Definition: "An ergogenic aid is any substance or phenomenon that enhances performance "

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Arginine useless for bodybuilders, says study

More NO as a result of an L-arginine supplement? Better blood supply to the muscles? Enhanced muscle protein production? Forget it, say sports scientists at McMaster University According to their study, bodybuilders and other strength athletes have nothing to gain from taking supplements that contain L-arginine. We read the article, but are not about to bin our NO boosters.

The researchers got 8 men in their early twenties to train one leg on resistance machines. Afterwards the men drank a shake containing amino acids plus 10 g arginine [ARG], or a shake containing the same amount of glycine [CON]. Like arginine, glycine is a non-essential amino acid, but without the ergogenic effects of arginine.

The researchers analyzed the blood of their subjects after training to assess the effects of the supplements. As they expected, the subjects' amino acid concentration rose, but the concentration of nitrite and nitrate did not rise. If arginine supplements were to boost NO, you'd expect to find more nitrate and nitrite in the blood. The subjects' growth hormone levels did rise.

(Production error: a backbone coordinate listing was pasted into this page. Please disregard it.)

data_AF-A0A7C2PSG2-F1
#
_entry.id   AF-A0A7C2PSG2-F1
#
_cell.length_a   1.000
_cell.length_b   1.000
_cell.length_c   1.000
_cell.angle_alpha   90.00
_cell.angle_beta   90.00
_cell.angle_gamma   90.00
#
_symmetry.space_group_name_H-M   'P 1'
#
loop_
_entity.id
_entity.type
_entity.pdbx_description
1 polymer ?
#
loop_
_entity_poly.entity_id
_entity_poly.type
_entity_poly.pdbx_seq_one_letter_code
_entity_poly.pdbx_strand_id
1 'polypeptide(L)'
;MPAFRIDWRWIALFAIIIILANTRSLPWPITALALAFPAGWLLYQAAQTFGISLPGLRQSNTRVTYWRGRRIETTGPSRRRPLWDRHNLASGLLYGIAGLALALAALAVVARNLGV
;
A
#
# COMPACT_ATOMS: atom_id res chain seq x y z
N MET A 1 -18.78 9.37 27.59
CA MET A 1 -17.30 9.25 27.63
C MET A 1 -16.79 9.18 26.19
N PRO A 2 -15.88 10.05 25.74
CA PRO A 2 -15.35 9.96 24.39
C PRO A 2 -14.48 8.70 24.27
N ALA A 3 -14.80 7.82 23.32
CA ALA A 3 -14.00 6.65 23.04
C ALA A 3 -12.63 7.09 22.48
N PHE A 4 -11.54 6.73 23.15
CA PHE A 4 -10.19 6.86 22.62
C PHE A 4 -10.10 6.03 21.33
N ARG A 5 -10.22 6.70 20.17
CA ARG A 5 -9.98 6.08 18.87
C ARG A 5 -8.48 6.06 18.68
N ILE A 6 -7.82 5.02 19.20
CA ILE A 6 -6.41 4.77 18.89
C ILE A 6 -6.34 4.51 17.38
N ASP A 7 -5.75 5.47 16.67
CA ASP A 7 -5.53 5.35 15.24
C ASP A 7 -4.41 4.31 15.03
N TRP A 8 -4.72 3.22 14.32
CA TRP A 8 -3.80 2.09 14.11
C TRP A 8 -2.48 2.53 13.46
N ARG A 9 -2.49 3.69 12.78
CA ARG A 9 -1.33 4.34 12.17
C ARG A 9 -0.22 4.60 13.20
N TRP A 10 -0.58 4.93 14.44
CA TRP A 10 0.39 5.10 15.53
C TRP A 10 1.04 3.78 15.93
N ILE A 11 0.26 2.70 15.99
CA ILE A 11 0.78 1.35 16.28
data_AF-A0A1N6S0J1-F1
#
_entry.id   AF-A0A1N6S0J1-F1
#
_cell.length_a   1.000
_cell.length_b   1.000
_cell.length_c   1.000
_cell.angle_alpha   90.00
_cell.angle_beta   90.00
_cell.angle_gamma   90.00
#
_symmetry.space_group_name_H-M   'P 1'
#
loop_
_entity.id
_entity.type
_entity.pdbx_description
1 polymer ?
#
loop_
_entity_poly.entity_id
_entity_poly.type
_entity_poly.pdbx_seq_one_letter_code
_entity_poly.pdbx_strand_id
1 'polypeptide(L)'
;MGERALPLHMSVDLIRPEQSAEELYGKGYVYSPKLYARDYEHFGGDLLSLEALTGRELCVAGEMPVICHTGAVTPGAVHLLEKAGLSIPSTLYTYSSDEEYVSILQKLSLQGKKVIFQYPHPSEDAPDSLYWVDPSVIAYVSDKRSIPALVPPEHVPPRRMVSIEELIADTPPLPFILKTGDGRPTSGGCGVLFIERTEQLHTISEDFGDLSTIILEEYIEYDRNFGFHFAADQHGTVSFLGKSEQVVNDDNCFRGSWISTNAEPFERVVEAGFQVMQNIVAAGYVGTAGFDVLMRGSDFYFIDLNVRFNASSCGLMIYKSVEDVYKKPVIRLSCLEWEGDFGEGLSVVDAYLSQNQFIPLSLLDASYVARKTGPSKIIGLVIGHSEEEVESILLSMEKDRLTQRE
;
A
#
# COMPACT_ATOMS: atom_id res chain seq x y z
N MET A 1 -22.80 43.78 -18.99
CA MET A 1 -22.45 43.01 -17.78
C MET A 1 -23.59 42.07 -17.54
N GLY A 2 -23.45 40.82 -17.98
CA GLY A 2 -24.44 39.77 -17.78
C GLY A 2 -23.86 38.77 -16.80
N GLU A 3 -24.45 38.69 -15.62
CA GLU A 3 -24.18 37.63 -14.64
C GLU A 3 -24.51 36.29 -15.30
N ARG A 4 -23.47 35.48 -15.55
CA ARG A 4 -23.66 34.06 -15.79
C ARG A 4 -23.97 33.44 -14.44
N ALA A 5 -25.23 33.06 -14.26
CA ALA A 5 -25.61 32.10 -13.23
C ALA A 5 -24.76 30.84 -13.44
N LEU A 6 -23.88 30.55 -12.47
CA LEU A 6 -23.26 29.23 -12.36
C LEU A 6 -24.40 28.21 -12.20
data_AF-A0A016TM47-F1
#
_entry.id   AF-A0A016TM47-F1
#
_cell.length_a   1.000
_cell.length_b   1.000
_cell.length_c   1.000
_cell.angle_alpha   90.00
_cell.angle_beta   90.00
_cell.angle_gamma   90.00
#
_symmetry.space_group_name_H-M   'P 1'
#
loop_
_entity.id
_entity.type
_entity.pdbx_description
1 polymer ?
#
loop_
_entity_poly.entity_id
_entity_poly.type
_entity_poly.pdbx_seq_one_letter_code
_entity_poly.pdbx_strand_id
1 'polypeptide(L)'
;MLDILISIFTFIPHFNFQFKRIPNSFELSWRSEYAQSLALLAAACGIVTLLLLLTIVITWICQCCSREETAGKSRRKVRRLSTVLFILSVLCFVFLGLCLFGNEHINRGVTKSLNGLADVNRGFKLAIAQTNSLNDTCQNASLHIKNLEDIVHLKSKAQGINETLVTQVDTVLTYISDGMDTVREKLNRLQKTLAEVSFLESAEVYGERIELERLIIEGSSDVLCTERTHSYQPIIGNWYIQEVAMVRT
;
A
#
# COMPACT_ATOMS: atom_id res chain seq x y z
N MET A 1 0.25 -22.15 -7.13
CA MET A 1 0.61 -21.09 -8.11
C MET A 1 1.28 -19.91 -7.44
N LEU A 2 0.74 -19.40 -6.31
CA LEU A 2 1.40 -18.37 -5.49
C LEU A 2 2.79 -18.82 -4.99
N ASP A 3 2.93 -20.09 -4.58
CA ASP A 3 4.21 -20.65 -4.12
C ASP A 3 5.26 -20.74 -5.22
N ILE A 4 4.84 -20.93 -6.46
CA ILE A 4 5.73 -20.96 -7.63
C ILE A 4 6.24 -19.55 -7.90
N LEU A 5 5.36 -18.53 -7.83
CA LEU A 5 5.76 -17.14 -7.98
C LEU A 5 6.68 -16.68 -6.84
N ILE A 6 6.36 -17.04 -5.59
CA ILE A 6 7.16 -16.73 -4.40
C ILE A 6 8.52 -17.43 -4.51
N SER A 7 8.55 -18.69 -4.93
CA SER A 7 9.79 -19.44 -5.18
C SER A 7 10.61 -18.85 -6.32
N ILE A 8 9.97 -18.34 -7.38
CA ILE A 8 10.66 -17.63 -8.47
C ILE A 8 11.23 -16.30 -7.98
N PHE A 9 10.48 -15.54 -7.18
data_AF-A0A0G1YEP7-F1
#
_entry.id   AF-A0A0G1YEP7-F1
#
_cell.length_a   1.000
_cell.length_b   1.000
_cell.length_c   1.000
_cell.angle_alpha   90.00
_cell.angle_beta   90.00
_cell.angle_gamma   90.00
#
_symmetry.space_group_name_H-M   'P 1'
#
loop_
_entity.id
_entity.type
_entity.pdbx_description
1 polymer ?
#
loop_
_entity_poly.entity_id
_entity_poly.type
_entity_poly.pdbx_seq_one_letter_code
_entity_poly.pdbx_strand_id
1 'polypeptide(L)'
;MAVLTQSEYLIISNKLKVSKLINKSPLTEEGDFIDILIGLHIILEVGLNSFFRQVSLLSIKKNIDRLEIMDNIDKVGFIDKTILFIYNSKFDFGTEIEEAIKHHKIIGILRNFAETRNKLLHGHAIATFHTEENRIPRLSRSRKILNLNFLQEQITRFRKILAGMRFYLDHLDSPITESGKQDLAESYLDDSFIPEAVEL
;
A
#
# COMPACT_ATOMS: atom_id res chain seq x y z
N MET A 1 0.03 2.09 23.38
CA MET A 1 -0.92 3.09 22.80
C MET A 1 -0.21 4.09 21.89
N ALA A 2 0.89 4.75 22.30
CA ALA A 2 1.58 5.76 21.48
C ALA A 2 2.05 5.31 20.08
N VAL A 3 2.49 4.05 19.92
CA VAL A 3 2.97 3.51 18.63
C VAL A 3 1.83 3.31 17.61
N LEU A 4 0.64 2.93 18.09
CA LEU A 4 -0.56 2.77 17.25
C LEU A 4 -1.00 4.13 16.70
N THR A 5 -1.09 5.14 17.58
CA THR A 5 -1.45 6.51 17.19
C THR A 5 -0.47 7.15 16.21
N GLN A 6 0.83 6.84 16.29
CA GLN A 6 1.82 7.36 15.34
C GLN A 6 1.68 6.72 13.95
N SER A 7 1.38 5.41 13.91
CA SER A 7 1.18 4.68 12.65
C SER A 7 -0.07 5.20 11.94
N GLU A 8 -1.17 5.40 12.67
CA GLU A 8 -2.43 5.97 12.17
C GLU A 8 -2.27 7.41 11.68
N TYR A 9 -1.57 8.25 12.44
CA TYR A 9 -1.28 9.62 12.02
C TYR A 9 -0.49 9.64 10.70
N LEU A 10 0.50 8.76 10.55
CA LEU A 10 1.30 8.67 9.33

Arginine useless for bodybuilders, says study

The researchers observed no change in the blood supply to the trained leg muscles. So arginine supplements didn't cause the blood vessels to widen.

Arginine useless for bodybuilders, says study

After the training session the researchers took samples from the non-trained [REST] and the trained [EX] leg muscles and examined the muscle protein synthesis. This had risen in the EX samples and not in the REST samples, but the arginine supplementation had no effect.

"These results bring into question the ergogenic potential of arginine in healthy young men and suggest that neither NO synthesis nor muscle blood flow are limiting to muscle anabolism when an adequate amount of EAA is provided", the researchers conclude.

The study is interesting, but it hasn't undermined our belief in NO boosters. Not only because the researchers didnít give their subjects the supplements until after they had trained instead of beforehand, but also because, in our experience, you only start to notice the effects of NO supplements after a few days of taking them. And more to the point, you wouldn't expect NO supplements to lead directly to more muscle protein production, but rather to muscle tissue recruiting more stem cells.

J Nutr. 2011 Feb;141(2):195-200.

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